Offensive Line
Denver has a fierce pass rush, yet Ben Roethlisberger was only sacked twice and neither were game-changing plays. The Steelers run blocking looked to be good enough, but honestly establishing the running game was never an priority of the coaching staff. Grade: B

Defensive Line
Javon Hargrave and Cam Heyward’s sack of Case Keenum could have been a game turning play, and the duo’s numbers in terms of tackles for losses and QB hits show that they were aggressive. Still, the Steelers defensive line misses Stephon Tuitt, and if Phillip Lindsay 7.9 rushing average isn’t on the defensive line, it starts with them. Grade: B-

Linebackers
Vince Williams had a sack but it was L.J. Fort who actually tied Jon Bostic for the lead in tackles, but a blown Bostic coverage allowed Denver to make their first advanced into the Red Zone. T.J. Watt had one tackle. The stat sheet shows that Philip Lindsay had a lot of 2 yard runs. He also had two 8 yard runs, a 9, a 12, a 14, an 18 and a 32 yard run. A lot of that’s on the linebackers. Grade: D

Secondary
Terrell Edmunds showed off his athleticism by running down Philip Lindsay on a couple of long runs, which is good but in at least one of those cases Edmunds was compensating for a bad angle on the part of Sean Davis. Joe Haden had one of his most difficult days as a Steeler, giving up a long pass to Matt LaCosse and getting burned by Emmanuel Sanders. Mike Hilton’s trade mark has been timing blitzes perfectly, but he got flagged for a neutral zone infraction. Grade: D

Chris Boswell, Steelers vs Broncos, Steelers fake field goal

Chris Boswell prepares to throw it to Alejandro Villanueva. Photo Credit: Karl Rosner, Steelers.com

Special Teams
The return games were non-elements for both teams. Jordan Berry had a sound day kicking and Chis Boswell made all of his kicks – save for the one that got blocked, which is inexcusiable given Denver’s tape on that front.

On the flip side, the Chris Boswell to Alejandro Villanueva field goal was the first successful fake field goal in memory for the Steelers and the Steelers special teams effectively added made up for their earlier error. Grade: C

Coaching
Not that he, or more importantly Art Rooney II pay much attention, but Steelers coaches haven’t felt much social media heat during their five game winning streak. That ended with the loss to the Broncos.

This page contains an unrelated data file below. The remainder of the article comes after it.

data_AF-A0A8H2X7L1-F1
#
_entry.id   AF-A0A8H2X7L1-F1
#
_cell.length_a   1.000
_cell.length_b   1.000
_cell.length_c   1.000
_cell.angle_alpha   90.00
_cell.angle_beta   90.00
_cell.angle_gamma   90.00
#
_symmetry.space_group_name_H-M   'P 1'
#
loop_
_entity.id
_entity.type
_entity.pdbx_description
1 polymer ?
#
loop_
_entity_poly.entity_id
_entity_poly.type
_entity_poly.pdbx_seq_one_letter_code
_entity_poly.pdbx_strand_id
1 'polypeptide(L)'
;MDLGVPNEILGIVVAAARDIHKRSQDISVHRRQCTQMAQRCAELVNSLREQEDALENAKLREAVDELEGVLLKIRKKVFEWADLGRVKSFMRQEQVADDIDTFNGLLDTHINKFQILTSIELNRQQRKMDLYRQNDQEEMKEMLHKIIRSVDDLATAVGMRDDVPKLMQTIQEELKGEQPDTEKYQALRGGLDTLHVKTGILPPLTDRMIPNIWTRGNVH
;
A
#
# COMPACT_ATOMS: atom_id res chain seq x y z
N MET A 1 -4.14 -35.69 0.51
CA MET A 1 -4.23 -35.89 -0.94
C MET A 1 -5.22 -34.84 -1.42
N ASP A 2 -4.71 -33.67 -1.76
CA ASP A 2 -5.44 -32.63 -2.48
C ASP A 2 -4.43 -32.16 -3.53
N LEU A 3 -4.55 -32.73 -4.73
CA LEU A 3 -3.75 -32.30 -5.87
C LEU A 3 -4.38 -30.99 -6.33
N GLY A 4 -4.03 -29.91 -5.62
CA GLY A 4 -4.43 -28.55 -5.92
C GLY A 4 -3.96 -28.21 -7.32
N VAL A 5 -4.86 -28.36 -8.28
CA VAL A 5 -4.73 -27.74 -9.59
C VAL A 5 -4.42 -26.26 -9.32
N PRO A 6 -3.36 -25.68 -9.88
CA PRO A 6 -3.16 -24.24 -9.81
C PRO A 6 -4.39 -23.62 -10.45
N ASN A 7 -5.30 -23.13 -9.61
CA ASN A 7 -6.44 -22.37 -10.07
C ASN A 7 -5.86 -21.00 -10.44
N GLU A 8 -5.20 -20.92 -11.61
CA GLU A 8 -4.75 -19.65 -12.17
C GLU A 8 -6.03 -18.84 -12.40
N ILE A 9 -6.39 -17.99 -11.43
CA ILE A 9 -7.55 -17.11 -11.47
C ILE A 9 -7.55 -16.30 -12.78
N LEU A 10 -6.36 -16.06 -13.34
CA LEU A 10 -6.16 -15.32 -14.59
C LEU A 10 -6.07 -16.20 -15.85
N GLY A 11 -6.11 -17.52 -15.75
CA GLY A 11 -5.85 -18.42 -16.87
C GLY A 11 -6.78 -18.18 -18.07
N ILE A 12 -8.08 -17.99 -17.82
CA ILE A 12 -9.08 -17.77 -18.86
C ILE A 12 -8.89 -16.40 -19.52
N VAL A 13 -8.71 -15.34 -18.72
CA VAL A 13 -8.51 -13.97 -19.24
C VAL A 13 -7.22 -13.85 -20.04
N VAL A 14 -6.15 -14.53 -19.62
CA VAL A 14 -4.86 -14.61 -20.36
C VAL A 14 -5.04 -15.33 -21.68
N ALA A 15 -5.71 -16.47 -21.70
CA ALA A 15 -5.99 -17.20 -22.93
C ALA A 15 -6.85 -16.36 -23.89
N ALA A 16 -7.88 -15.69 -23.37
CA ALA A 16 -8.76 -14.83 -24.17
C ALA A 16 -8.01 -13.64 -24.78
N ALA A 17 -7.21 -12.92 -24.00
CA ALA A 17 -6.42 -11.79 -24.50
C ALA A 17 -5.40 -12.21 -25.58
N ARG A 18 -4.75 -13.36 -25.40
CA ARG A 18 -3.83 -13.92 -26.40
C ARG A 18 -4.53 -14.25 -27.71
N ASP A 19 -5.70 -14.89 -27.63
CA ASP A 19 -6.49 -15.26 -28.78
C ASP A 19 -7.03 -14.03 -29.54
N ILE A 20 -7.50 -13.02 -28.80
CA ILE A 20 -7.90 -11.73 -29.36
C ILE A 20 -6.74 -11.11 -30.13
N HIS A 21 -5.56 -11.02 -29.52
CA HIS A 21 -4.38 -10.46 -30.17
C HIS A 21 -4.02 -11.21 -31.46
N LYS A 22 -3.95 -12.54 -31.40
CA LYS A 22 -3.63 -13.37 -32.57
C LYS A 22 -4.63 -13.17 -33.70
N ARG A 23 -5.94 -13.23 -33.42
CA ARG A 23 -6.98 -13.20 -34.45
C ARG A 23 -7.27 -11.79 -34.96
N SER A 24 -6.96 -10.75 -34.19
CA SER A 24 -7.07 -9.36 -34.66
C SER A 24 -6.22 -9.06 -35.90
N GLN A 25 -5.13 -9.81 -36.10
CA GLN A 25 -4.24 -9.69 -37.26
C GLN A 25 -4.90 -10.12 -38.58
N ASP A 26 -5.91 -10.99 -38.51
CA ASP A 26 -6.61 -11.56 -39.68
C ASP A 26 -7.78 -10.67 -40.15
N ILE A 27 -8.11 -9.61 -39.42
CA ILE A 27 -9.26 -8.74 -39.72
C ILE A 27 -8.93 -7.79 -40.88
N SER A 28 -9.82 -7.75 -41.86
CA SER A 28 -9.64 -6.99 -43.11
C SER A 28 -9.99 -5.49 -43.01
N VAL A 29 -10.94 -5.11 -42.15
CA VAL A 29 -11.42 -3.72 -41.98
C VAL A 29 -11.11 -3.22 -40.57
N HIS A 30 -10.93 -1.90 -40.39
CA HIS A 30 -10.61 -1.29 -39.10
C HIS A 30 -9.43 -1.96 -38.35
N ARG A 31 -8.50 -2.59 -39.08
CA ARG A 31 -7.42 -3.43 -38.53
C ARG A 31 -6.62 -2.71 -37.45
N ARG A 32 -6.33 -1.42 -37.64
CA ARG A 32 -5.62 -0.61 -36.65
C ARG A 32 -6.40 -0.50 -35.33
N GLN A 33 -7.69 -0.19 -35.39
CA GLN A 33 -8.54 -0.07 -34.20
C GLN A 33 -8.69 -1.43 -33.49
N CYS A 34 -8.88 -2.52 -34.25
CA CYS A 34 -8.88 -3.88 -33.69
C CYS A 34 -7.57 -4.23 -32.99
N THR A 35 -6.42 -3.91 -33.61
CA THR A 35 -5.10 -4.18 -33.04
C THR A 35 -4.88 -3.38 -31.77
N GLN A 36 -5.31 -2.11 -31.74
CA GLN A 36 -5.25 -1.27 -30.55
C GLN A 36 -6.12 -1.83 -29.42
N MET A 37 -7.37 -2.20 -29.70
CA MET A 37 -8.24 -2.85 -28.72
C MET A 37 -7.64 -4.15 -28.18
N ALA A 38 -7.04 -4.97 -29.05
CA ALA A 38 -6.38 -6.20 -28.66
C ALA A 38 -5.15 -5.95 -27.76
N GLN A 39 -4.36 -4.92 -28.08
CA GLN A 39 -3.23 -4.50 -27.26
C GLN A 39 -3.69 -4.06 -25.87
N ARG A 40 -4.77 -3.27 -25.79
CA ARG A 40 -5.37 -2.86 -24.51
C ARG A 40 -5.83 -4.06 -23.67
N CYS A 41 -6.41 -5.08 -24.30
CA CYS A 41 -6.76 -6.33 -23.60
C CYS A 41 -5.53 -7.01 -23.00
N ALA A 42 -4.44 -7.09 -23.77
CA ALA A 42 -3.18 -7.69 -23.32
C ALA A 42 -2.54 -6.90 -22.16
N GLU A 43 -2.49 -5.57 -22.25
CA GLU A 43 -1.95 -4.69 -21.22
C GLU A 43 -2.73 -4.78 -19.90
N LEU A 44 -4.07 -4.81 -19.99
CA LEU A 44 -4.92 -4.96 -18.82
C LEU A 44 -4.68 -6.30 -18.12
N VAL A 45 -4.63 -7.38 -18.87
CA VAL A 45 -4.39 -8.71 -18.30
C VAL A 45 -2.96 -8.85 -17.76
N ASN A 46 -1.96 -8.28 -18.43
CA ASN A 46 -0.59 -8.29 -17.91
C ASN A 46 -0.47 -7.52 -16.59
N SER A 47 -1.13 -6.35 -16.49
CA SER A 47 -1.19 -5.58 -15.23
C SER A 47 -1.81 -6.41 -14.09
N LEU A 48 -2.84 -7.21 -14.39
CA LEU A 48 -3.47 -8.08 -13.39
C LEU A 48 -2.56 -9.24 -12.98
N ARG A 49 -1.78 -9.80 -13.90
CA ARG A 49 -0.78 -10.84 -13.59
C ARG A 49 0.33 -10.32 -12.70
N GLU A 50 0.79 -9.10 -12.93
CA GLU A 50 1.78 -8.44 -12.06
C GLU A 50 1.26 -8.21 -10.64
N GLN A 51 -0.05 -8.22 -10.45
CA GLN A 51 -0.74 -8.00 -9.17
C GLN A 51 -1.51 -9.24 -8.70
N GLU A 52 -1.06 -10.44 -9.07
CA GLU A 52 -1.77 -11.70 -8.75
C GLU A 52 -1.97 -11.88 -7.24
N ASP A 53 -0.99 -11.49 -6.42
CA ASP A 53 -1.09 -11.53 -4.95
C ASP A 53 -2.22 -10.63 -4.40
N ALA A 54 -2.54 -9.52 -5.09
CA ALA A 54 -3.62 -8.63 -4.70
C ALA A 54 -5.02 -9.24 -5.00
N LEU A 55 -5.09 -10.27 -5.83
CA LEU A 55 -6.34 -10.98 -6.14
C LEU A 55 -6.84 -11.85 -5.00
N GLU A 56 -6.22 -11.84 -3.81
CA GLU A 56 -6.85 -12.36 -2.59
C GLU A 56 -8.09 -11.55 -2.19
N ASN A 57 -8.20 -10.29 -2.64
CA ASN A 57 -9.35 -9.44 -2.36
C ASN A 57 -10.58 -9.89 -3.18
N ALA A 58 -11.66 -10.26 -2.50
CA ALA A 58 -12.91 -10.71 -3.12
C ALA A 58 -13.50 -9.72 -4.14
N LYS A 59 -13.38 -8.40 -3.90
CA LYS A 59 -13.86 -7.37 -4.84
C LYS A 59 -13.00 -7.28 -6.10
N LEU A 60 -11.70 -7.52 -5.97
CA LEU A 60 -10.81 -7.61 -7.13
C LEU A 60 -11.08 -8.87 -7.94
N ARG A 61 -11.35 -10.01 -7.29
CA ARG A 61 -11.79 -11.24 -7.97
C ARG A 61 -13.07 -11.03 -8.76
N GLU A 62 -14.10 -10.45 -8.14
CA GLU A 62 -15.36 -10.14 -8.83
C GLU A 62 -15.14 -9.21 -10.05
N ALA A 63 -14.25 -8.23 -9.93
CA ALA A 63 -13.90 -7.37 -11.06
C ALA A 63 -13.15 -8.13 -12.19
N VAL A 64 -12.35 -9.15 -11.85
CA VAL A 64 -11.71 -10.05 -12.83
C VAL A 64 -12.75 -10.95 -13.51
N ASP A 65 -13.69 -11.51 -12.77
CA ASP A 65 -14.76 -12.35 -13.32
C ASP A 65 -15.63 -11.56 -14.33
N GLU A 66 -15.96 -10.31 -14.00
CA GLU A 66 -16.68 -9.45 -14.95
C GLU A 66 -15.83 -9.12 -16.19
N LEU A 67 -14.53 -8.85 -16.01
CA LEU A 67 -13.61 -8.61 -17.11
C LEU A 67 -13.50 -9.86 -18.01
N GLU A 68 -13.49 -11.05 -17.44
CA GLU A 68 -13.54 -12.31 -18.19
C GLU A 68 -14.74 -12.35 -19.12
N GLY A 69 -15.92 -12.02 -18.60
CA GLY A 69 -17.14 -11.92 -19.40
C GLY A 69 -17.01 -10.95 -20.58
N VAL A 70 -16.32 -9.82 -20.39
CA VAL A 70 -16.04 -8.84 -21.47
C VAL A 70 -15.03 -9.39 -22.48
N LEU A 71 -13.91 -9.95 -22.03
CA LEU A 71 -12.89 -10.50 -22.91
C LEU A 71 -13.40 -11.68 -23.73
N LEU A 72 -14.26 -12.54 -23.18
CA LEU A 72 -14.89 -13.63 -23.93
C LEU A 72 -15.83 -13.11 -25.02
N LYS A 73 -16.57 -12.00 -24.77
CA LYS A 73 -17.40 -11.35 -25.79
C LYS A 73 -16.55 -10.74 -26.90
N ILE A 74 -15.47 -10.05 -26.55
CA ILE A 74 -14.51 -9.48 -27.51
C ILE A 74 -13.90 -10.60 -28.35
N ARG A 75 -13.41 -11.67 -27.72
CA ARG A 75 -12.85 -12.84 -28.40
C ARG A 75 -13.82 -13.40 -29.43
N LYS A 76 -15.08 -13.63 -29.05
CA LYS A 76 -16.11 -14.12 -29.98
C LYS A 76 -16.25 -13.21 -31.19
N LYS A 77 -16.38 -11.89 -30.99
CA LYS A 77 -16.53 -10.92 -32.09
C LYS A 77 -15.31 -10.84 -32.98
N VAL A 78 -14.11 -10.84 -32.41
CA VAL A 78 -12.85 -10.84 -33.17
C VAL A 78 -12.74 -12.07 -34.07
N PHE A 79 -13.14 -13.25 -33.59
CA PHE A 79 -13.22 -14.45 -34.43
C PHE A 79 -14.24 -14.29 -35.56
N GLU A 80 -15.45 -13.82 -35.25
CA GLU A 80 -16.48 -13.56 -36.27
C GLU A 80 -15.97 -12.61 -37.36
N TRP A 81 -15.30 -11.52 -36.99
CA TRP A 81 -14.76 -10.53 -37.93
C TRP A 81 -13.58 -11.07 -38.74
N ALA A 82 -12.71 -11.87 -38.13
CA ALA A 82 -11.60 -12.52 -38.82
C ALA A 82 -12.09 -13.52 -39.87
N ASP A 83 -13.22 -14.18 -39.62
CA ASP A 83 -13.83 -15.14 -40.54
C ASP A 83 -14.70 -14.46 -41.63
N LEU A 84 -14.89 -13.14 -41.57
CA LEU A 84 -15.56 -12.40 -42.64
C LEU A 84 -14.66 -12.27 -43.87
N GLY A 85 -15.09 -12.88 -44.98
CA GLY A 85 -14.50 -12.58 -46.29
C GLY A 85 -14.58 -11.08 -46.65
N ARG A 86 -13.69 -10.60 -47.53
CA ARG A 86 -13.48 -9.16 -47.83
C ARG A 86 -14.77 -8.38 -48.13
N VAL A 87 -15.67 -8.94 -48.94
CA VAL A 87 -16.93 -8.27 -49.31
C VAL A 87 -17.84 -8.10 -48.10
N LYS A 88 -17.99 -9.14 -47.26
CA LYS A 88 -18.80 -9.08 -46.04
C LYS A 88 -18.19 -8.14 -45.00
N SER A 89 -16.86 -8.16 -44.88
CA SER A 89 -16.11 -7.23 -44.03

• As if Mike Tomlin and Randy Fichtner are somehow responsible for turnovers.

On offense it is easy to second guess Randy Fichtner’s short-passing game plan, but the truth is that he kept Ben Roethlisberger clean, the Steelers moved the chains and led in time of possession. None of that mattered much thanks to two end zone turnovers.

  • While the turnovers were the key to the game, they do obscure an afternoon that was rougher for Keith Butler’s defense than most commentators are acknowledging.

While the defense didn’t revert to its September form, it gave up several long plays and struggled against the run. Moreover, as Mike Tomlin indicated in his press conference, the Steelers defense could have altered the dynamic with a turnover, but none was forth coming.

Individual turnovers are never a coach’s fault, ball security is becoming an issue with a few of the offense’s key players and Mike Tomlin needs to see if this can be addressed systemically. This loss is hardly devastating, but Mike Tomlin must ensure that a snowball effect does not ensue. Grade: C

Unsung Hero Award
Von Miller is easily the NFL’s most dynamic defensive player today. He’s got a Troy Polamaluesqe ability to make game-changing plays at critical moments. Being asked to start your first game against him cannot be easily. But that’s what the Steelers asked Chukwuma Okorafor to do, Okorafor delivered and for that he win the Unsung Hero Award for the Steelers latest loss to the Broncos at Mile High.